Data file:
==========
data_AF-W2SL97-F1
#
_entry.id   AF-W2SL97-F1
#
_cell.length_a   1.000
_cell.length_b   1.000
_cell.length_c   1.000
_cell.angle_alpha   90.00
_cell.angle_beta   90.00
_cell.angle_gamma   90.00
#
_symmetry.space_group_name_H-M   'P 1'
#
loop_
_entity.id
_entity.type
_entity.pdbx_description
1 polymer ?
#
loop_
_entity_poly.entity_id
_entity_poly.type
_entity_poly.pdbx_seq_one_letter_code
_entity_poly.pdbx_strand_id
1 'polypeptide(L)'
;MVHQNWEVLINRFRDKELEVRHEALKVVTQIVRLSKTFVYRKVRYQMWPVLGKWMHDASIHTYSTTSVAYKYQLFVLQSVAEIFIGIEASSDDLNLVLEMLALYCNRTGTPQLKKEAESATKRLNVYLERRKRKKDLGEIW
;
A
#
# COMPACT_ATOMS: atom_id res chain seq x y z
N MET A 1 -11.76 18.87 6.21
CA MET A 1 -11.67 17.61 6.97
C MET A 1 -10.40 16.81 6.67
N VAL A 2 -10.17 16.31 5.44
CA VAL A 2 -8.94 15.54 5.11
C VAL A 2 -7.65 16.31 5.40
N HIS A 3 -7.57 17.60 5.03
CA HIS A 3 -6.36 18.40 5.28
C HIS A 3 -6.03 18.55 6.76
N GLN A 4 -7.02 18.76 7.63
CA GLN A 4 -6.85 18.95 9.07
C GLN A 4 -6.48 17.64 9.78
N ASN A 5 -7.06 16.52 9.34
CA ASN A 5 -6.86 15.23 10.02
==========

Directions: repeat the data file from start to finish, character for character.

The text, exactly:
data_AF-W2SL97-F1
#
_entry.id   AF-W2SL97-F1
#
_cell.length_a   1.000
_cell.length_b   1.000
_cell.length_c   1.000
_cell.angle_alpha   90.00
_cell.angle_beta   90.00
_cell.angle_gamma   90.00
#
_symmetry.space_group_name_H-M   'P 1'
#
loop_
_entity.id
_entity.type
_entity.pdbx_description
1 polymer ?
#
loop_
_entity_poly.entity_id
_entity_poly.type
_entity_poly.pdbx_seq_one_letter_code
_entity_poly.pdbx_strand_id
1 'polypeptide(L)'
;MVHQNWEVLINRFRDKELEVRHEALKVVTQIVRLSKTFVYRKVRYQMWPVLGKWMHDASIHTYSTTSVAYKYQLFVLQSVAEIFIGIEASSDDLNLVLEMLALYCNRTGTPQLKKEAESATKRLNVYLERRKRKKDLGEIW
;
A
#
# COMPACT_ATOMS: atom_id res chain seq x y z
N MET A 1 -11.76 18.87 6.21
CA MET A 1 -11.67 17.61 6.97
C MET A 1 -10.40 16.81 6.67
N VAL A 2 -10.17 16.31 5.44
CA VAL A 2 -8.94 15.54 5.11
C VAL A 2 -7.65 16.31 5.40
N HIS A 3 -7.57 17.60 5.03
CA HIS A 3 -6.36 18.40 5.28
C HIS A 3 -6.03 18.55 6.76
N GLN A 4 -7.02 18.76 7.63
CA GLN A 4 -6.85 18.95 9.07
C GLN A 4 -6.48 17.64 9.78
N ASN A 5 -7.06 16.52 9.34
CA ASN A 5 -6.86 15.23 10.02